AMT Imperial AT-AT
Star Wars is one of the most influential movie series of all time. It changed the way movies were handled and put special affects on the map. Unfortunately, it also led to the rise of many brainless, plotless, special effects laden blockbusters and the over-mechandizing of everything related to the movies.
Thus it shouldn’t be a surprise with the “final” Star Wars movie being released recently that we have the return of the AMT-Ertl Star Wars models from plastic model obscurity. Among them are models not seen since the release of the original movies many moon ago.
One of these is the Rebel stomping AT-AT or in English, the All Terrain Assault Transport aka the Snow Walker. It first appeared in the Empire Strikes Back as the backbone of the Imperial Assault on the Rebel Base on the Ice Planet Hoth and then it briefly appeared in the Return of the Jedi. The whole thing is designed to intimidate with its predator like appearance and huge size—I remember as a 10 year old staring in awe and feeling a little more than helpless as these metal monsters stomped towards the Rebel’s base and shrugging off laser fire like rain water.
The AT-ATs carried four heavy duty lasers on its “head” and enough armor/energy shields to make it impervious to Rebel energy weapons as well carry a compliment of Imperial Stormtroopers (a platoon perhaps?) One of its major vulnerabilities were its long legs which could be tripped up with a simple tow cable tied around their legs. Seriously, what is it with Imperial engineers or George Lucas? Why do they design weapon systems that have simple catastrophic flaws?
The “reality” is that these very tall AT-ATs would be laser and missile magnets (especially the legs.) Stealth and surprise would be virtually impossible and these things could only be used for frontal assaults. I suspect that the Empire’s AT-ATs would suffer heavy losses like the Tiger tank did at Kursk. Losses wouldn’t be a problem for the Empire considering his Storm troopers were expendable clones and the Emperor could literally squeeze more cash out of his subjects with the help of the very persuasive Darth Vader.
Most of these models suffer from the same problems that Science Fiction models have had since the beginning of the hobby—poor fit and “accuracy.” However, the AT-AT model doesn’t suffer as much as the Millennium Falcon or the X-Wing. Even so, the construction was very easy. I just followed the instructions and did not encounter any problems (even installing the rubber band in the AT-AT’s neck.)
There were some very large gaps where the parts meet as expected, but they were easy to deal with. Anything that was visible was filled in with CA and sanded flat, but not table top smooth. Those gaps that were hidden were filled with CA and left alone to keep the raised detail. I took the view that the Empire built their equipment like the USSR did (didn’t care about rough workmanship as long as it worked) and kept the sanding of seams down to a minimum. The only exception was smoothing out the neck seams. I ended up just taking an X-acto knife to scrape the seams away while keeping the raised detail on the neck.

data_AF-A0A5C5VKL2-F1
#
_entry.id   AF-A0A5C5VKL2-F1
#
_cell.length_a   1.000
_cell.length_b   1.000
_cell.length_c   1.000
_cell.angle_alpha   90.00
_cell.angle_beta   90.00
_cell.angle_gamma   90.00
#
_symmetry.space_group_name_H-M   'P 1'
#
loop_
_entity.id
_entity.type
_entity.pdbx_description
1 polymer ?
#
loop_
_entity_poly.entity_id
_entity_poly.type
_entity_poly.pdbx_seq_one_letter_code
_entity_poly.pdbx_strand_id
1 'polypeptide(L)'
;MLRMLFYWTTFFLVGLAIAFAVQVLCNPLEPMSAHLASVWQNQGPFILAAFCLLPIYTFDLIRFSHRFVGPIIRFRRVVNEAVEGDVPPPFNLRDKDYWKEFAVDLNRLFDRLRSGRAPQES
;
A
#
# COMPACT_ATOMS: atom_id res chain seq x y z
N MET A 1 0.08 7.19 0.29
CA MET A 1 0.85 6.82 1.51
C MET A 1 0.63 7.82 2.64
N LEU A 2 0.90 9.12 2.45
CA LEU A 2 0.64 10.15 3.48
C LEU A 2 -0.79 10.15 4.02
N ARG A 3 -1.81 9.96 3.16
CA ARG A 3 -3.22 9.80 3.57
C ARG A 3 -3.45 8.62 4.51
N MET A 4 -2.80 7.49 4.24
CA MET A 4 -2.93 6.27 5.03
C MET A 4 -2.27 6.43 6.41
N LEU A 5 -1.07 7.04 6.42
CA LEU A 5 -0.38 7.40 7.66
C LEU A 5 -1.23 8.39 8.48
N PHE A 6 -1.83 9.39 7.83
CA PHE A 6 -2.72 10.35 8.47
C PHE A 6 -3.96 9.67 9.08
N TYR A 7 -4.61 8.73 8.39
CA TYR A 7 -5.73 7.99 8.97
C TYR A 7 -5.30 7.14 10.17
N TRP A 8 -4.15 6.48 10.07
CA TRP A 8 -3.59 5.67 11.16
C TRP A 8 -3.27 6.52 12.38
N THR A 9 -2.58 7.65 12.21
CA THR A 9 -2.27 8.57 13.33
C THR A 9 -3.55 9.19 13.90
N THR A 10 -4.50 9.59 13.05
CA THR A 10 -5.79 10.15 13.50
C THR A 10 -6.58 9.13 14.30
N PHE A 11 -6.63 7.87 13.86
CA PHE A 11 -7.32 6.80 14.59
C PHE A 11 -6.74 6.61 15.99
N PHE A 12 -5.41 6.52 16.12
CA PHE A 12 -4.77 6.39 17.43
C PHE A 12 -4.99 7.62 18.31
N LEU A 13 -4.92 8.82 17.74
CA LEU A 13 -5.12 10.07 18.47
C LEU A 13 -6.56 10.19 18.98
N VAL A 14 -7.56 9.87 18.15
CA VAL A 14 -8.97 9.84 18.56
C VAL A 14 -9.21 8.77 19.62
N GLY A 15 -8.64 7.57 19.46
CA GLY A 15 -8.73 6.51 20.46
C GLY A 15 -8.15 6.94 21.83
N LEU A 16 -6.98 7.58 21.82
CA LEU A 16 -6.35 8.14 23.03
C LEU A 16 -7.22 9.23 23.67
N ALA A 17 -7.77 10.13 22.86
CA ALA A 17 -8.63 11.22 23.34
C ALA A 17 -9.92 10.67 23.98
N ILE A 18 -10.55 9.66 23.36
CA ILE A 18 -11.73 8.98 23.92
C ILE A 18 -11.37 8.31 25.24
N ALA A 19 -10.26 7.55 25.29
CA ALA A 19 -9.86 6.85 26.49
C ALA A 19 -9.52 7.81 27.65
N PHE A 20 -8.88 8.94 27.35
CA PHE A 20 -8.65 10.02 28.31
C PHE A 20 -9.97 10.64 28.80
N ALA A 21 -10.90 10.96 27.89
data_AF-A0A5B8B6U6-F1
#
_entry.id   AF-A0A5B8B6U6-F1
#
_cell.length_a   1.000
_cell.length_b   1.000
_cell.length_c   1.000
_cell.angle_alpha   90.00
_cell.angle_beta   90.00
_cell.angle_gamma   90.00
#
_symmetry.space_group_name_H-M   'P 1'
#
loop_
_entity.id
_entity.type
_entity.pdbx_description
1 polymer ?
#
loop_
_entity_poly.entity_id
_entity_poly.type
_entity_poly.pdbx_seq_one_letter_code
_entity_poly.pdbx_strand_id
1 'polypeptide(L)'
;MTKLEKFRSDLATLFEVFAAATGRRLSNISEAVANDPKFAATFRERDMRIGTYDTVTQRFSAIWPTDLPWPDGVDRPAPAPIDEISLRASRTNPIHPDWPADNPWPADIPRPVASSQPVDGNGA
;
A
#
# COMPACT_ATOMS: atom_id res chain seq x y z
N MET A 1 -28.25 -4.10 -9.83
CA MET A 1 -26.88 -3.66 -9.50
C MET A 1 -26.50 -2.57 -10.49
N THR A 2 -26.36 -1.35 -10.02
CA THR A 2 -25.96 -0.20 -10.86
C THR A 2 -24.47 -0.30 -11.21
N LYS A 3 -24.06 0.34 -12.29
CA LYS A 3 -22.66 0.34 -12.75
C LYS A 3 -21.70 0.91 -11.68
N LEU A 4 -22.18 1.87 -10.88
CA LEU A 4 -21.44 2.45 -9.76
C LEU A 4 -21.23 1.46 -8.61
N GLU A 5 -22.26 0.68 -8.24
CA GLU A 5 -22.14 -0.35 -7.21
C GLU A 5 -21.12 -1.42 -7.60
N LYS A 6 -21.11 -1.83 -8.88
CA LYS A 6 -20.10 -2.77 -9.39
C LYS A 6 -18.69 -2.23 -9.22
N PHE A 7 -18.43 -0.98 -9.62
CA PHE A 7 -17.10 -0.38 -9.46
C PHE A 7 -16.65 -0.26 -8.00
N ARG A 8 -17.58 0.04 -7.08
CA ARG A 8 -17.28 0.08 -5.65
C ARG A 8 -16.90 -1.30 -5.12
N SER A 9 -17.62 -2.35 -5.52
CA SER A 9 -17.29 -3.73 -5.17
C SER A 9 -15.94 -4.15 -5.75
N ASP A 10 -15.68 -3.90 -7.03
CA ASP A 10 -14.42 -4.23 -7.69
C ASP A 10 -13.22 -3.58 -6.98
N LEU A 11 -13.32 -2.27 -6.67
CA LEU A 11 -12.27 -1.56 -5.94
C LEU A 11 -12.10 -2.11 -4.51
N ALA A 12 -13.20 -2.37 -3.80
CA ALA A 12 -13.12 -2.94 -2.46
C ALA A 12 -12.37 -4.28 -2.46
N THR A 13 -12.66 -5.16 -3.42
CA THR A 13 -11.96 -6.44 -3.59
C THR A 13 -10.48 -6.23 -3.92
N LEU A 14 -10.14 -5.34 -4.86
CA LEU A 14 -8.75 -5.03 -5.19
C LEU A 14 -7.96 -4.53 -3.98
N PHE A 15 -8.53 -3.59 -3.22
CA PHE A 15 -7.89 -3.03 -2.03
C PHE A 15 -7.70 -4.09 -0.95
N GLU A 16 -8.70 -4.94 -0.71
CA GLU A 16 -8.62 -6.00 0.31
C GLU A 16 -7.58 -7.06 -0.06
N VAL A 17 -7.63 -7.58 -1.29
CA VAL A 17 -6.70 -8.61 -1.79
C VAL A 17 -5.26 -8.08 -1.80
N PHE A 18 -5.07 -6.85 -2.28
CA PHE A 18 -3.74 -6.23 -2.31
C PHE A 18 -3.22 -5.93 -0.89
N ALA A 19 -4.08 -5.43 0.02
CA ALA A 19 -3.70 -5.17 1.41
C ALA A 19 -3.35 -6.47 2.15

The worst gaps were on the legs which were filled with superglue. Again, I kept to my Soviet finishing standards and didn’t sand much.
The only parts I did do some work on were the laser guns. I cleaned the seams and sanded them smooth. I also hollowed out the barrels to make them look more “real.” I attached them to the head and I was done.
It only took me a whopping three hours of work to assemble.
|COLORS & MARKINGS|
One thing I don’t like about the instructions is the painting guide. Quite frankly, it stinks. For instance, asking to paint the AT-AT in Light Grey just doesn’t cut it considering that there are somewhere in the neighbourhood of 3000 varieties of light grey. Of course, the instructions were written over 20 years ago when light grey was simply light grey, but they could have at least updated the instructions!
I first pre-shaded the AT-AT with Tamiya flat black loaded in my battered Aztec airbrush. The Light Grey I chose for the base was Gunze H325 Flat Gull Grey.
Then I let my imagination run wild. I envisioned that my AT-AT was a veteran of several battles against the Rebels and had seen more than its share of combat. I started using various shades of grey (light and dark) to give it a worn out appearance. In a fit of inspiration, I took thinned flat black and made laser hit marks. Of course, I went over the top till it looked like it was a polka-dotted metal dino. I though it looked pretty stupid, but there was a method to my madness. I took some various thinned shades of light grey and painted over many of them to make it even more battered.
Finally, I ran a wash of watercolor (raw umber and black) to high light the details and make the AT-AT even dirtier and worn out. Afterwards, I coated it with Gunze Flat.
The finer details such as the windows and guns were painted by hand. The windows were covered with Tamiya Clear Red and the guns were painted gunmetal and dry brushed with silver to get some of the detail.
I had a lot of fun doing this. This is one of the things I enjoy about building SF models is that you can let yourself go wild when you paint unlike aircraft (particularly famous ones.)
This model took me three weeks (and six hours of work) to build and complete which is a speed record for me and enjoyed every minute of it.
This kit is a great one for kids to learn about modeling. It is simple and assembles quickly. And it is ridiculously easy to paint and invent your own schemes for the AT-AT.
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